An Anthropologist’s Peek into the World of Memory Athletes

Happy New Year, fellow mnemonists. I wish you all a memorable year.

I’m thrilled to be able to share this article with you. This is the first article of 2016 for DanielKilov.com AND my post by a guest author. This piece was written by my friend and research collaborator, Emily Colonna, on her experiences as an ethnographer at the 2015 Australian Memory Championships.


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By Emily Colonna

“Neurons at the ready!”

The athletes seated around the lecture room flipped over their competition papers and stared intently at them. The jovial atmosphere in which they had interacted before the competition had dissipated. Each competitor sat, poised in concentrated tension. Some with their fingertips to their temples, others with arms folded on the desk in front of them. Only the quiet rustle of competition papers disrupted the silence, although, some competitors went further to ensure it by wearing noise-cancelling headphones.

I, too, had to work to preserve the silence. Otherwise, this would be the first and last time the Australian Memory Championships would allow an anthropologist to sit in on an event. It was important that I preserve observation rights. The Championships was the perfect place to begin my academic exploration of the world of competitive memory.

The competitors at the championships were not born with super-memories. They had all trained, using a set of mnemonic techniques, to improve their memory. These techniques, known as the ‘art of memory,’ were not invented by memory athletes. In fact, they have a history of over two thousand years. Since ancient Greece, people have made use of the ‘art of memory’ to improve their memories. In each historical period, different arenas applied the art, with different goals. Ancient Greeks made use of the art in oration, to assist in the memorisation of speeches. Centuries later, early Christian monks used the memory techniques as tools of meditation and reflection. During the Renaissance, the mnemonic techniques inspired art and architecture. In each period, the application of the art reflected the values of the time.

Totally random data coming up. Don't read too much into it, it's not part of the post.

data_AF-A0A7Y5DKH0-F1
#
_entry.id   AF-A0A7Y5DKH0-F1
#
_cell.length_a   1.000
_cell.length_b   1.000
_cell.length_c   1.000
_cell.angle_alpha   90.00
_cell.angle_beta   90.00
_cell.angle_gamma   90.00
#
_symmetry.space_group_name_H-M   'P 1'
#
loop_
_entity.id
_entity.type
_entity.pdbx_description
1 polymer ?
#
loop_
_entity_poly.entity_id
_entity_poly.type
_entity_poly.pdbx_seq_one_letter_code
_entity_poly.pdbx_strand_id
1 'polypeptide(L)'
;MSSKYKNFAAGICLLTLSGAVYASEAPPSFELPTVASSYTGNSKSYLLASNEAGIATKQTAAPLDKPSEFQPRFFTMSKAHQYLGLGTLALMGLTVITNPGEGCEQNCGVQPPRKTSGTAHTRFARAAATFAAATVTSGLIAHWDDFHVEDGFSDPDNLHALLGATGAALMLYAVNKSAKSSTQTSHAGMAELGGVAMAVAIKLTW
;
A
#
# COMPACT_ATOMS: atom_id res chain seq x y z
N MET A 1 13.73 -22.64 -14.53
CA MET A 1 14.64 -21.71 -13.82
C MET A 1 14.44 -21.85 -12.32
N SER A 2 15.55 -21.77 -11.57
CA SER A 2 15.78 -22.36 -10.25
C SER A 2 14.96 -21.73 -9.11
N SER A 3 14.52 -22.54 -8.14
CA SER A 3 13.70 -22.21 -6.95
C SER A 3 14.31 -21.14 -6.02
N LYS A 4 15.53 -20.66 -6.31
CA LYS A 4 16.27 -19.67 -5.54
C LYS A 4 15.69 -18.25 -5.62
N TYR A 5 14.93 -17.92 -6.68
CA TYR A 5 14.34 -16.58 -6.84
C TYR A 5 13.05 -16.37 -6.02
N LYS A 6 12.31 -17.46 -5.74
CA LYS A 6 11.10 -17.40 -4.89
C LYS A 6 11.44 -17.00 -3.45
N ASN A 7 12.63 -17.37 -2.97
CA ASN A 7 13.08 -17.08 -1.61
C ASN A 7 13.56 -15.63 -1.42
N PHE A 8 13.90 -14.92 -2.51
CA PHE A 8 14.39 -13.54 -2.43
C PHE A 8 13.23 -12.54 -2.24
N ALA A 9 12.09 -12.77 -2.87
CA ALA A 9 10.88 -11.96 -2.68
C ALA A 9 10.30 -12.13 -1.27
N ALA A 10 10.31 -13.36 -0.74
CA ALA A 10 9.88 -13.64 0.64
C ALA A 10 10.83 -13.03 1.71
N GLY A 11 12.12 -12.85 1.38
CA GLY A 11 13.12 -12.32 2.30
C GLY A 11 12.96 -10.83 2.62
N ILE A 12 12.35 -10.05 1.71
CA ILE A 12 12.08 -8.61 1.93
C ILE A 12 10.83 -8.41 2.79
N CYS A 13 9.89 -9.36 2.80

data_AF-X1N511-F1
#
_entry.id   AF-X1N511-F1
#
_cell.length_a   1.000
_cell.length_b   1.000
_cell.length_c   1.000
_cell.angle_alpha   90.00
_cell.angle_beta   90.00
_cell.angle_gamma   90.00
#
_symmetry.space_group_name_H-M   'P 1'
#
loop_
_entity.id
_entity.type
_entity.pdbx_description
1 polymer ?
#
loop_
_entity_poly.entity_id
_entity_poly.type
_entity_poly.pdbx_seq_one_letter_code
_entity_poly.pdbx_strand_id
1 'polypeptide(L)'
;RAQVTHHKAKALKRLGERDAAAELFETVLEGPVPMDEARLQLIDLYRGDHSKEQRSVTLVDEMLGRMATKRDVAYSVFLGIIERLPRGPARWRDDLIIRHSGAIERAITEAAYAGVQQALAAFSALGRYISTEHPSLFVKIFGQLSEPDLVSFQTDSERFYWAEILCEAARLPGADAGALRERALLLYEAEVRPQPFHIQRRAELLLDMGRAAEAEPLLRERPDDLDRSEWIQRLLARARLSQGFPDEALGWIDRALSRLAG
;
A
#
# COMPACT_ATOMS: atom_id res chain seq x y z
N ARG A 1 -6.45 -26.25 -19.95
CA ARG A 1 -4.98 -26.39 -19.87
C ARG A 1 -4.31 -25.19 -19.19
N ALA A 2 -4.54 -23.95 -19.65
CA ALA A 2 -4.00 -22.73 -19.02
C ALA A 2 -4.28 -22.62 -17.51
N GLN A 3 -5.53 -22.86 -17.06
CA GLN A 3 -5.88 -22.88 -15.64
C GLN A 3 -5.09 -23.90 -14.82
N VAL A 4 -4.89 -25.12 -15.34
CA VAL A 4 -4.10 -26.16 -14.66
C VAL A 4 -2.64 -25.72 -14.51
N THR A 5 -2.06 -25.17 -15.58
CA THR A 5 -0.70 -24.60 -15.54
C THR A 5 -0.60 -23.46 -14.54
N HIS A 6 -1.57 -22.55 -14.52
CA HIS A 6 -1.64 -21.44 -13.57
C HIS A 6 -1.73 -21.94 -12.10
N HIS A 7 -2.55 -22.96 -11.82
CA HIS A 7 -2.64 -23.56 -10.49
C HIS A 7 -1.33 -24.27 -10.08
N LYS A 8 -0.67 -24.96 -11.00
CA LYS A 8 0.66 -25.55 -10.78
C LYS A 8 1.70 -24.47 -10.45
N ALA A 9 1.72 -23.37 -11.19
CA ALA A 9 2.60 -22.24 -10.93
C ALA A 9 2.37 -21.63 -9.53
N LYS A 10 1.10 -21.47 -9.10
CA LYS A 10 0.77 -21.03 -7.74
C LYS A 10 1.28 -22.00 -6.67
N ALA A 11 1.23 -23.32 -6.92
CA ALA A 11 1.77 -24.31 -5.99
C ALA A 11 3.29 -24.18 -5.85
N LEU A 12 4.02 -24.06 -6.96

So in our modern world, why is the current usage of the ‘art of memory’ in competition? What does it say of our culture and values that the ‘art of memory’ finds expression in competition? To explore this question, I arrived in Melbourne on the 7th and 8th of November to conduct observation and interviews with the competitors of the Australian Memory Championships.

The Australian Championships have been running since 2001. The competitive memorisers – often referred to as ‘mental athletes’ in the sports-lingo of the competition – go head-to-head in a decathlon of memory. The Ten Memory Disciplines are:

  • Names and Faces
  • Binary Numbers
  • Random Numbers
  • Abstract Images
  • Speed Numbers
  • Historic/Future Dates
  • Random Cards
  • Random Words
  • Spoken Numbers
  • Speed Cards

In each event, athletes have a period to memorise as much as possible of the given category. There is a short break and then a period of recall.

“Stop Memorisation”

After five minutes, memorisation time ended for the first event: Names and Faces. The competitors turned their competition papers face down and the arbiters collected them. Most athletes kept their eyes trained down. Some covered their faces with their hands, as if to hold the names and faces in their heads by physical force.

“Begin recall”

Again there was a flurry of page-flipping as the competitors opened the recall papers. The room was much less still during recall. Competitors looked around the room, tapped their fingers on the desk, shook their heads, and pulled faces. The scratching sounds of pencils on paper reverberated around the room.